View Image Gallery of Tribe Trichopterygini

Goniopteroloba Hampson

Type species: zalska Swinhoe, N.E. India.

This genus belongs to a major Oriental complex that also includes Carige Walker, Cryptoloba Warren, Lobogonia Warren and probably a number of others.

The forewings are usually bifalcate, much as in the desmobathrine genus Ozola Walker, and fasciated more darkly, often with a reticulate series of patches associated with the fasciae. The typical multiple nature of larentiine fasciation is usually not evident. The male antennae are strongly but untidily bipectinate, those of the female less so.

The hindwing shape is variable, with a single angle at vein M3 in Goniopteroloba and Lobogonia, an additional one at M1 in Carige, and rounded in Cryptoloba. In the male, the anal area (and vein) is reduced to a small basal lobe that has a longitudinal band of carinae, suggesting a sound-producing function (venation diagrams for other genera may be found in Xue (1992)); the female has a normal anal vein. The base of the male abdomen has the sac-like process that characterises the Trichopterygini, though relatively short and broad. These two features suggest the complex should be placed in that tribe despite the differences in wing shape, facies and the strongly bipectinate antennae.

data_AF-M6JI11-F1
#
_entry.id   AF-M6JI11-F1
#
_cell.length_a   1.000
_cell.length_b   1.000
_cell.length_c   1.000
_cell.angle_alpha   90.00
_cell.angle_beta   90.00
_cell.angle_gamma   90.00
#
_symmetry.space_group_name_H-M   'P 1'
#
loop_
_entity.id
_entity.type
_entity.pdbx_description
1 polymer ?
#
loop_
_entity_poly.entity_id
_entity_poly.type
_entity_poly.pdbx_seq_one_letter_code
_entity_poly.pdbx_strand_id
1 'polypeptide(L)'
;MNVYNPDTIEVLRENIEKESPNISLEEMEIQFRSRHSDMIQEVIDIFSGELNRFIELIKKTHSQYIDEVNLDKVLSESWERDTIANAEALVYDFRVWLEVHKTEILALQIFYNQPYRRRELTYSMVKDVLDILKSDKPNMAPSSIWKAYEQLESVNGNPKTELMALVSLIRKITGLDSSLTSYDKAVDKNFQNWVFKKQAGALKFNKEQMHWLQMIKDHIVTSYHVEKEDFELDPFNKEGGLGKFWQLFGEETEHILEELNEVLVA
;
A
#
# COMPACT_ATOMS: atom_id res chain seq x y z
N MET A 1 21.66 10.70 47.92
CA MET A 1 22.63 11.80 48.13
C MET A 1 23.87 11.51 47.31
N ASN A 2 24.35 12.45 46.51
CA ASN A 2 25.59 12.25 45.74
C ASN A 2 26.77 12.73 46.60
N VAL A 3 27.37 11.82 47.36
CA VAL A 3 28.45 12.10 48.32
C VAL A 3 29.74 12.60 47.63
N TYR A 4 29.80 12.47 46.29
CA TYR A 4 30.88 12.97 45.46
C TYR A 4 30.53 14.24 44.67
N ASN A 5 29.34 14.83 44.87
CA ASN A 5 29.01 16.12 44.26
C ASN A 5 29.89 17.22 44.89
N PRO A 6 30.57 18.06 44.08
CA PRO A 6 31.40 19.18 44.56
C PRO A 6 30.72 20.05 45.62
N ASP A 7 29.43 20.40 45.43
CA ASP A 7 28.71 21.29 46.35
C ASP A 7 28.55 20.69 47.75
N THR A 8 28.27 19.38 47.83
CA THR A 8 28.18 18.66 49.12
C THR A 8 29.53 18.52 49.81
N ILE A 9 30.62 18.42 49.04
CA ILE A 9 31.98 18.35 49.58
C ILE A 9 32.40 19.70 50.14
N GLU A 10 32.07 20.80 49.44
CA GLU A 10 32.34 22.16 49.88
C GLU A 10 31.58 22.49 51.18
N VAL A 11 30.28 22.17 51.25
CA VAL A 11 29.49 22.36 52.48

In the male genitalia the uncus is broad, usually apically bifid, sometimes completely divided. The gnathus is divided into lateral arms, slender, tapering, often curved or angled. The valve is sometimes divided. The female genitalia (biconcava examined) have a pyriform bursa ringed centrally by a series of about ten longitudinal, sclerotised ridges.

The genus is Oriental, with the strongest representation in Sundaland of the complex (Carige extends to Sumatra and Flores), and a few species in the Philippines and Sulawesi.

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